Places Discussed

(Critical Guide to Settings and Places in Literature)


*Scotland. Thomson’s native country, which he left in 1725 in order to pursue a literary career in England. In a letter home, he compared the natural landscapes of the two countries, ruing England’s lack of living streams, airy mountains, hanging rocks, and other features characteristic of Scotland. A Scottish influence pervades his descriptions in The Seasons, working on many levels, both general and particular, conscious and unconscious.


*England. Thomson’s dramatic descriptive skills and political commitments emerge in descriptions of the cultivated landscapes of his three patrons, at Hagley Park, Eastbury, and Stowe. Landscapes in The Seasons are imagined as political places. Thomson sees wild landscapes as bastions of natural British freedom, and he presents cultivated landscapes as indexes of the virtues of the patrons whose political commitments he shared. The poet perceives this wild native freedom and cultivated virtues of British landscapes as threatened by the spreading corruption of Prime Minister Robert Walpole’s government of abusive power. This corruption is literally covering the landscape, attacking both natural freedom and the civil freedoms of a just society.

The Seasons Bibliography

(Critical Guide to Settings and Places in Literature)

Campbell, Hilbert H. James Thomson. Boston: Twayne, 1979. A convenient introduction to Thomson’s life and works, with extensive commentary on The Seasons. Includes an annotated bibliography.

Cohen, Ralph. The Unfolding of “The Seasons.” Baltimore: The Johns Hopkins University Press, 1970. An exhaustive full-length study of the poem, arguing that the poem’s literary merits and historical significance have been underestimated.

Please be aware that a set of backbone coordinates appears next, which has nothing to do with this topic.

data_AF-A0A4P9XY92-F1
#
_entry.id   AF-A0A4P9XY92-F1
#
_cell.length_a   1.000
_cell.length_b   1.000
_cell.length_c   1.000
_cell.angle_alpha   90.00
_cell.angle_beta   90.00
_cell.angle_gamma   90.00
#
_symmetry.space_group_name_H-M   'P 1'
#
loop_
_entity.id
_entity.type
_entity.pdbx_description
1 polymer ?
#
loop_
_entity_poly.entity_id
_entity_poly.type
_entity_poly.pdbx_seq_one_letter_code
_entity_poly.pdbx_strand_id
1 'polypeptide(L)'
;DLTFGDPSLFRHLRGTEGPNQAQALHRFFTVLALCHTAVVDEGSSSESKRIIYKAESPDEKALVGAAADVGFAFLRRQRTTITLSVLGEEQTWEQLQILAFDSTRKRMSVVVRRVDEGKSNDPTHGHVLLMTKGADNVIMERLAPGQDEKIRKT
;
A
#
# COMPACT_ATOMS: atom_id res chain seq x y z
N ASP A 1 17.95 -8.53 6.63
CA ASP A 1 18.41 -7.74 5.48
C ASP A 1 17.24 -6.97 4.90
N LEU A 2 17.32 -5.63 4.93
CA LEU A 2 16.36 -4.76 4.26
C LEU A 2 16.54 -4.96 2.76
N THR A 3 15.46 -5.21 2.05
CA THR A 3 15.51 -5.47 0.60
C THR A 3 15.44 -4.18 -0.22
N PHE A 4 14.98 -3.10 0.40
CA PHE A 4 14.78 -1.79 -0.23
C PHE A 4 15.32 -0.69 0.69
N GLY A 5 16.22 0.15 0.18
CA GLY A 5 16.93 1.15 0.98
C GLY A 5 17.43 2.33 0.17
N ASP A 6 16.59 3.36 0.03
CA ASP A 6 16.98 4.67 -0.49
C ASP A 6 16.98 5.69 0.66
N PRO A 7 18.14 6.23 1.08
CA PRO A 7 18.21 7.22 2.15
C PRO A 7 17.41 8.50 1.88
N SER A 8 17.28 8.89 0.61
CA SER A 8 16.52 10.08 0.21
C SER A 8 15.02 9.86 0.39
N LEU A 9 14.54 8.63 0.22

McKillop, Alan D. The Background of Thomson’s “Seasons.” Minneapolis: University of Minnesota Press, 1942. An essential study of the numerous sources and rich intellectual culture that are reflected in The Seasons. Includes a valuable bibliography.

Sambrook, James, ed. Introduction to James Thomson, “The Seasons.” New York: Oxford University Press, 1981. This authoritative critical edition offers a clear presentation of the complicated series of revisions that produced the final work. The introduction surveys the poem’s principal subjects and the history of its composition and publication.

Spacks, Patricia Meyer. The Varied God: A Critical Study of Thomson’s “The Seasons.” Berkeley: University of California Press, 1959. A readable study of the significance of Thomson’s revisions, showing how the moral and devotional purposes emerged.